One of the main obsessions in the laboratory is to build robust ecological theories for communities composed of many species.
This is especially important in competitive systems—much of our understanding in this area descends from the analysis of the dynamics of two competitors.
In a new review published this week in Nature, Jonathan Levine, Jordi Bascompte, Peter Adler, and yours truly provide a roadmap for extending these considerations to systems with more than two species.
Interestingly, certain mechanisms, such as higher-order interactions and intransitive competition, can only be studied in high-dimensional systems.
You can read the paper here:
Jonathan M. Levine, Jordi Bascompte, Peter B. Adler & Stefano Allesina
Beyond pairwise mechanisms of species coexistence in complex communities
Here’s the “Outlook”:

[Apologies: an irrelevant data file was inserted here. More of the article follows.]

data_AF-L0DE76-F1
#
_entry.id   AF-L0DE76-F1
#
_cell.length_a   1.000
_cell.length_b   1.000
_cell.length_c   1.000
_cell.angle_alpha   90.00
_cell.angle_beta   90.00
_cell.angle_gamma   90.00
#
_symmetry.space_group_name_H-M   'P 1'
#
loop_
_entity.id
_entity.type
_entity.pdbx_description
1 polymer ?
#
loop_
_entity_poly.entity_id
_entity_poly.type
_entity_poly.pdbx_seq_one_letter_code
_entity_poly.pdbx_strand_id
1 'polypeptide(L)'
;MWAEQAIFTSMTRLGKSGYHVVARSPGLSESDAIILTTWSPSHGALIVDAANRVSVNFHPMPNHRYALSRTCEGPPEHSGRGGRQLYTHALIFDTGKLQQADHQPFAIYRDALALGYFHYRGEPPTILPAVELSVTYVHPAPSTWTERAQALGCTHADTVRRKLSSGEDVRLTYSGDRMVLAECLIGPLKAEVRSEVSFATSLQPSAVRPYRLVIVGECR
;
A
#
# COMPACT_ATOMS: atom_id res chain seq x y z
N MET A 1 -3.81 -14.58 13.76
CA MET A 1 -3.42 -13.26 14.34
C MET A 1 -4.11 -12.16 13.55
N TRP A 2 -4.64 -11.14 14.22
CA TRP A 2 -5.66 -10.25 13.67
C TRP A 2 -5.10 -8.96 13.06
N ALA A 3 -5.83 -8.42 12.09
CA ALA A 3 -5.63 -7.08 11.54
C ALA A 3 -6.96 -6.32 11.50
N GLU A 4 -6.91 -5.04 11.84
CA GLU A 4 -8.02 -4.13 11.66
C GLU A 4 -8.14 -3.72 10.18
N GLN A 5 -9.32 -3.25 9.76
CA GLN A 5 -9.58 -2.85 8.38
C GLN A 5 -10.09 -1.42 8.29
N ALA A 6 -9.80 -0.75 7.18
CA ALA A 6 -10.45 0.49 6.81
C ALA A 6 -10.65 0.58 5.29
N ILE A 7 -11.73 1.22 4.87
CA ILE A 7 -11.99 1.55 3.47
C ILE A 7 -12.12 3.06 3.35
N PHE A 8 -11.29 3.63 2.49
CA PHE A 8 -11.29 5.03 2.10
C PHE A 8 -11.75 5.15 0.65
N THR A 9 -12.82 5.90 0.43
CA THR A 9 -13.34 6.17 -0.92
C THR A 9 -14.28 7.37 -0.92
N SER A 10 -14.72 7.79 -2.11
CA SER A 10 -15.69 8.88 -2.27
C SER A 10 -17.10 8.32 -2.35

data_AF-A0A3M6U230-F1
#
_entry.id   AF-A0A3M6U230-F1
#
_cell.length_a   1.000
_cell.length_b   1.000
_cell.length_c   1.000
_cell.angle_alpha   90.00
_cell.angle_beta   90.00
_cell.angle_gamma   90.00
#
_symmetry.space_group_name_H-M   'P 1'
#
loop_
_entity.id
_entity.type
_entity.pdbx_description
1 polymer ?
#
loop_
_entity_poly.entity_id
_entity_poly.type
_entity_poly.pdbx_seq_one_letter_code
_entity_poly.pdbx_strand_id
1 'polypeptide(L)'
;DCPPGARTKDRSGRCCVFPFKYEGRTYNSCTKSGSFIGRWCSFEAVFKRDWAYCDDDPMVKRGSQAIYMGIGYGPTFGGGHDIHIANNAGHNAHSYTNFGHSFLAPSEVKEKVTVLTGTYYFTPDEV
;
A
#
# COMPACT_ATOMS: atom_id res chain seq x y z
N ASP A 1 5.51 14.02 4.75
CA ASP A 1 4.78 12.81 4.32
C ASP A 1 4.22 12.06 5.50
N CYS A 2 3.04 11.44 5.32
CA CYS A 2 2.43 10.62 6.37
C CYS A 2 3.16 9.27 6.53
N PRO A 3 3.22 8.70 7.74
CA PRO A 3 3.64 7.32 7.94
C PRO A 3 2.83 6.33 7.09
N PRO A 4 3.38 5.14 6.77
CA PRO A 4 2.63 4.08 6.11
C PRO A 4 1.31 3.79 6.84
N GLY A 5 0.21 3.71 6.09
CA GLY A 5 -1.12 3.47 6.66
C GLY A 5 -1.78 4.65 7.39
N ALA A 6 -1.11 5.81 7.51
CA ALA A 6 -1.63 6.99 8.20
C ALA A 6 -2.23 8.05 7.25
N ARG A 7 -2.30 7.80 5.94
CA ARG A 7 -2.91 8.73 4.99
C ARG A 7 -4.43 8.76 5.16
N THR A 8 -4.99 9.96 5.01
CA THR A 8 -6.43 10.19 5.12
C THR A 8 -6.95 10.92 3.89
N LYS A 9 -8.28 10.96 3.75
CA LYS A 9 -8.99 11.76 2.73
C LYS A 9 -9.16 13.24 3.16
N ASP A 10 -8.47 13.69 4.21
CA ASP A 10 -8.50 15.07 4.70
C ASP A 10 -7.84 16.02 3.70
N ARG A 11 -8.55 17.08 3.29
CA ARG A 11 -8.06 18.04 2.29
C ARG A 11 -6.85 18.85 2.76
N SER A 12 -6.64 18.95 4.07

In this Review, we suggest that coexistence mechanisms that emerge only in systems with more than two competitors exert a largely unexplored control over the maintenance of diversity in species-rich communities. We also highlight that when studying more than two competitors, ecologists necessarily confront an ecological network. However, it remains largely unknown how the structure of the network influences coexistence. The sparseness of evidence results from the intractability of empirically evaluating competition between many species and the technical difficulties that are inherent in tightly coupling theory to data. Despite these challenges, there are compelling reasons to deepen our understanding of these more complex mechanisms of coexistence. Armed with advances in data-driven modelling and network analyses that have been developed for multitrophic systems, ecologists are well-positioned to determine, for at least some species-rich communities, how much of the coexistence results from mechanisms that emerge only in diverse systems. Few other questions in ecology have such great potential to radically shift how we think about the maintenance and fragility of biodiversity.